Tuesday, September 25, 2012

Great Article on Designing the RasPi

Wired has a great article by Pete Lomas, a co-founder and trustee of the Raspberry Pi Foundation, where he describes the design process for the Raspberry Pi.


Saturday, September 22, 2012

So Many Inputs, So Few GPIO Pins

I keep coming up with so many improvements to my interface design (I'm up to version 6 now) that I'm not getting much built.  I decided that I had to make the pins for the SPI and I2C buses available.  But that means using five GPIO pins that I had other plans for.  I have to have at least eight inputs to handle the motion detectors and door sensors for the alarm system.  At least four relay outputs would be nice too, so the Raspberry Pi is quickly running out of GPIO pins.
Time to get a little help from another useful IC - the multiplexer.   There are several possible choices, but the obvious one is the 74151, of which I conveniently happen to have a few.

This diagram shows how this needs to be connected.  GPIO pins 1, 2, and 3 are set to output mode and used as address lines to select which input to read.  GPIO pin 0 is set to input mode and connected to the output of the multiplexer.

(Note: I always refer to WiringPi pin numbers, not the standard  BCM numbering.)

The result is that the interface can still have 8 inputs, but only use 4 GPIO pins to do it.

I will probably do the same thing (in reverse) to allow two GPIO pins to provide four select lines for the SPI bus.  It may be a while until I do that since the SPI bus is for future expansion.  I don't have any devices for it yet, just ideas.

Thursday, September 20, 2012

GPIO Output Relay Interface

Note:  See my revised relay circuit here.

To allow the greatest flexibility, my outputs are all relays.  This allows me to switch a variety of voltages and provides protection to the GPIO pins of the Raspberry Pi.  A relay is just a switch that is controlled by an electromagnetic coil.  Powering the coil will make the switch turn on.  The relays I used are made to mount on a circuit board and can be driven by 5V.  They can easily switch 12V or more at a moderate current level.  They are NOT meant to control house current!  That can be the topic of another post.

The Pi GPIO pins will only output 3.3V at a few milliamps.  This is not enough to drive the relay directly, but is is enough to switch a transistor on and off.  A common NPN switching transistor handles that job nicely.  I used the 2N2222 which is highly available (i.e. even Radio Shack carries it.)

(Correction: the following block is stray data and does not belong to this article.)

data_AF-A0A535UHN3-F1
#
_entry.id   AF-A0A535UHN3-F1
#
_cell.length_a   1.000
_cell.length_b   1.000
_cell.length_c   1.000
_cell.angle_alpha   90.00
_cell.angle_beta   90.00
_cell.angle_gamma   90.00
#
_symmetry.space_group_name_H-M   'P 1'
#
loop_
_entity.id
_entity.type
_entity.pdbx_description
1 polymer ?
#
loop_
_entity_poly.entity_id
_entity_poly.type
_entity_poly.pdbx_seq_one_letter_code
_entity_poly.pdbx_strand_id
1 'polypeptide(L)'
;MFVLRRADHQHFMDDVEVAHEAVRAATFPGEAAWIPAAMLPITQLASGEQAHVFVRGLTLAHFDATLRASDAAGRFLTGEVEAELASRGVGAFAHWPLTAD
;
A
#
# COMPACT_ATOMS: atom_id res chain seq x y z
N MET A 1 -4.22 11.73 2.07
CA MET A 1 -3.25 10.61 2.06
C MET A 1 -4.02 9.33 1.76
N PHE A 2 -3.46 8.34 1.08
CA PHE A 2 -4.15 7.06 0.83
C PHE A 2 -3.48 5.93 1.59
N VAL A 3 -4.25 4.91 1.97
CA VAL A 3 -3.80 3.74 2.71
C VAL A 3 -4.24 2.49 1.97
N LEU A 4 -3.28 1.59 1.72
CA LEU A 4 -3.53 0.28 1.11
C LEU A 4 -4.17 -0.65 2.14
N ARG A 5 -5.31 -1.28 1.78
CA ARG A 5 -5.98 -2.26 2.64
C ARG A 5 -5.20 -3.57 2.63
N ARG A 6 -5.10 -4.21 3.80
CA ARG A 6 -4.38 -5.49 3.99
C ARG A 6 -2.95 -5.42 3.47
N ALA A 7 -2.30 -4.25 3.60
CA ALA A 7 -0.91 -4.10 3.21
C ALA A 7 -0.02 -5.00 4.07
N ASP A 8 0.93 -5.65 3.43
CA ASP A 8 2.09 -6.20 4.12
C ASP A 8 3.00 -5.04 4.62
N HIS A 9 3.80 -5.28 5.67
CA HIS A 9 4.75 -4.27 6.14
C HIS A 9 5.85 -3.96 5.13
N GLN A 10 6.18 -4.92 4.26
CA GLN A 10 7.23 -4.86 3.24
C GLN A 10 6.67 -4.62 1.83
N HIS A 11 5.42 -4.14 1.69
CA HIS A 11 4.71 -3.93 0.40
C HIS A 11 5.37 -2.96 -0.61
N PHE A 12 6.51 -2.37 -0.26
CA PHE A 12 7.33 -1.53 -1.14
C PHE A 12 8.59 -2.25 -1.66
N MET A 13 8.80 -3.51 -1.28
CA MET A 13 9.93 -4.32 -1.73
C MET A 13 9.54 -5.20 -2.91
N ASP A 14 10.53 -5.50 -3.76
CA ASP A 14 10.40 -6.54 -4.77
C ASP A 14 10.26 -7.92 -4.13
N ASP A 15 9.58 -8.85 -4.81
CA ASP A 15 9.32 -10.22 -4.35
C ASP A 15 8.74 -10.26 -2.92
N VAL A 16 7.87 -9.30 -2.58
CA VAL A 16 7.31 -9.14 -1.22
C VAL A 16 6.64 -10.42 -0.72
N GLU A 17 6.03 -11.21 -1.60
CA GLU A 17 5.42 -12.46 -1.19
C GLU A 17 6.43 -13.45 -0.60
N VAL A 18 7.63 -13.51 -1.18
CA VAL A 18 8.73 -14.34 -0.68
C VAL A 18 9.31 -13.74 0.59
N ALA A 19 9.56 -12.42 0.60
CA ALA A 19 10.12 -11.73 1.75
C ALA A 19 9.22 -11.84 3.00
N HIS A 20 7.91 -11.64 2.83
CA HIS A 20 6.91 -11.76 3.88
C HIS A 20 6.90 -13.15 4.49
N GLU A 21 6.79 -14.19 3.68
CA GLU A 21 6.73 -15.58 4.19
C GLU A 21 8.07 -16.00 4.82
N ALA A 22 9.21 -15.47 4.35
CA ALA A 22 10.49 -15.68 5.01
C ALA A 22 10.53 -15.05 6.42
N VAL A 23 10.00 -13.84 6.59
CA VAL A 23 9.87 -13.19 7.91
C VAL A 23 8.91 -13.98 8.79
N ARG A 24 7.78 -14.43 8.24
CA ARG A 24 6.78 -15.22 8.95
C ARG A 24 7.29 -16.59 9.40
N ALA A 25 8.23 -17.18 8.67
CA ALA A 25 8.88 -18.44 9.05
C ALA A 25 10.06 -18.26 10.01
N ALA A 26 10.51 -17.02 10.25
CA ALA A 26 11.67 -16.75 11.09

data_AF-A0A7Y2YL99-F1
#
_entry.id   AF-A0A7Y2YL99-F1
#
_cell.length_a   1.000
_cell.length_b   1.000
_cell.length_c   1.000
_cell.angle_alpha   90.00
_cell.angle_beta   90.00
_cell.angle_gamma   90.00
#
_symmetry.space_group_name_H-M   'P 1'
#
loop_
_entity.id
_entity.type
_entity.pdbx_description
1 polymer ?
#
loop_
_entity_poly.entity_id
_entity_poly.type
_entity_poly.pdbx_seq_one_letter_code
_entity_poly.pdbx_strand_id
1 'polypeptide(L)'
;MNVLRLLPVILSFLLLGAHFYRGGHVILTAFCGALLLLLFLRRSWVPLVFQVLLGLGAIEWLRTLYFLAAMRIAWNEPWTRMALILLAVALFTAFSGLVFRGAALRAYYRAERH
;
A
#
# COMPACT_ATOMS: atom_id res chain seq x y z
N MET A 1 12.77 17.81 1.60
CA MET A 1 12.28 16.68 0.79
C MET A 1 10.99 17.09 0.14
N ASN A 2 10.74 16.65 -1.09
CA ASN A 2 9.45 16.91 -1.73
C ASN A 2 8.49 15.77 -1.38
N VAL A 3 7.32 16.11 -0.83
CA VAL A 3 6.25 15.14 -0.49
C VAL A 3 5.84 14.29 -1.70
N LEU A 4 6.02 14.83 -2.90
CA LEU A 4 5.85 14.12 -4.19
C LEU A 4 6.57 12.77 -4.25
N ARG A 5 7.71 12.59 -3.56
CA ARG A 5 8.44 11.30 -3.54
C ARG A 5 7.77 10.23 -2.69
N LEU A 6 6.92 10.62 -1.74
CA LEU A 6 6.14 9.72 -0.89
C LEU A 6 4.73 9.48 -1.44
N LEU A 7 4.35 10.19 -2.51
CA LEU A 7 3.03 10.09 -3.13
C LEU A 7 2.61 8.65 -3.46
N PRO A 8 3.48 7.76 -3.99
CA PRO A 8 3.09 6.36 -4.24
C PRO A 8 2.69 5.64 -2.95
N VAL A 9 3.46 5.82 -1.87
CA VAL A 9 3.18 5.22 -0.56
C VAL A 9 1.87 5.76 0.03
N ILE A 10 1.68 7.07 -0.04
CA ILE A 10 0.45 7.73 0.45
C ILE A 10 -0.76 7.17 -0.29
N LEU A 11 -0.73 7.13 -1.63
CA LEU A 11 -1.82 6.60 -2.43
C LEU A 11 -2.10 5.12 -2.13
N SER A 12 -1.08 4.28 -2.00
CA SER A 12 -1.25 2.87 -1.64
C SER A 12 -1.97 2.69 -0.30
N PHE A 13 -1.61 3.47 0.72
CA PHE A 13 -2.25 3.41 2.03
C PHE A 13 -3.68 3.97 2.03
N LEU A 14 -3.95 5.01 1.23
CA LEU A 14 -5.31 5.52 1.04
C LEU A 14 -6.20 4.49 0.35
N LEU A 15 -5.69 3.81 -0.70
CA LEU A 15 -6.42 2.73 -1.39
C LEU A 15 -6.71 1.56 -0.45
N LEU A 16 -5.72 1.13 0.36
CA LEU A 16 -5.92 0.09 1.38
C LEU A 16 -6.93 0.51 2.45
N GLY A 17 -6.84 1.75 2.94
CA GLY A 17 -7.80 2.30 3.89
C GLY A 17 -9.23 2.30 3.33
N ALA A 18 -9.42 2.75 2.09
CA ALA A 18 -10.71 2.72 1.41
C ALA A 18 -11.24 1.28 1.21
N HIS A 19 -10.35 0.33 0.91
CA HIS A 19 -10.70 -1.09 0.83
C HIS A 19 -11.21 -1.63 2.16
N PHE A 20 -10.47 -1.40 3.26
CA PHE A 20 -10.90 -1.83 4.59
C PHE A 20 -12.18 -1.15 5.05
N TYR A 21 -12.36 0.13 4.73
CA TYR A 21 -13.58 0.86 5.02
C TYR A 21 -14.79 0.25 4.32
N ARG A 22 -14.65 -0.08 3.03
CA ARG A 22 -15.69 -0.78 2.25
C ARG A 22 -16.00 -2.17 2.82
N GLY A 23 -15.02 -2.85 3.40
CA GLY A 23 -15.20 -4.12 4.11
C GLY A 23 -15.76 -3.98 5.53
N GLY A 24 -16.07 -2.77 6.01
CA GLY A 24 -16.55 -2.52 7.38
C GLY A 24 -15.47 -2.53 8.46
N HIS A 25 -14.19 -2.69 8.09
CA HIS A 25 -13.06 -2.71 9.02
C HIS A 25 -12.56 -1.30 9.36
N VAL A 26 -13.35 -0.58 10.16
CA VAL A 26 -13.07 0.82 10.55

Note:  NO SPST is a switch type designation and means Normally Open, Single Pole Single Throw.  This is the simplest type of switch.

A 1K ohm current limiting resistor is attached to the base of the transistor.  Power is connected to the relay coil which is then connected to the collector of the transistor.  The emitter is connected to ground.  When the GPIO pin is low, no current will flow from the collector to the emitter and the relay will be off.  Setting the GPIO pin to high will "turn on" the transistor, power will flow and the relay will turn on.

Notice that there is a diode attached across the coil of the relay in a reversed orientation.  There is magnetic energy stored in the coil while it is energized and holding the relay closed.  When power is removed, the collapsing magnetic field in the coil causes a brief but powerful surge of reverse voltage which can damage the switching transistor and cause premature failure.  The diode is there to stop this reverse voltage and protect the transistor.  I prefer to use relays that have internal surge suppression diodes and they are becoming more common now.  If your relay does not have the diode internally, then it is highly recommended that one be added.

Wednesday, September 19, 2012

GPIO Input Circuit

After holidays and many other distractions, I am finally able to get back to work on my Raspberry Pi interface.

Here is the GPIO input circuit that I came up with using an opto-coupler for protection. The opto-coupler that I chose is the LTV-847 (Jameco part number 878286) which provides 4 opto-couplers in a 16-pin DIP format.

Power applied to the anode and cathode will cause the internal LED to emit light.  This is detected by the internal photocell which controls the output.  Because there is no electrical connection between the input and output sides, opto-couplers are handy for connecting between very different voltage levels.  They are also excellent at preventing the introduction of electrical noise into a system.  For this application, the isolation will provide electrical protection to the Raspberry Pi.

The complete circuit for using this is shown below.  The 1KΩ resistor on the input is for limiting the current that can flow through the LED.  The 10KΩ pull-up resistor is internal to the Raspberry  Pi.  Be sure to set the pull-up option when you set the pin to input mode.  Using a separate 5V power supply for the interface provides greater protection than powering this all from the 5V line on the GPIO header.  If that line gets shorted to ground, or even if it just draws too much current, it can cause the Pi to suddenly reboot.

When the input is open, no current will flow through the detector and the Raspberry Pi will see the pin hi due to the pull-up resistor.  When the the input is connected to ground, current will flow and the Pi will see the the pin  as low, since it is effectively connected to ground now.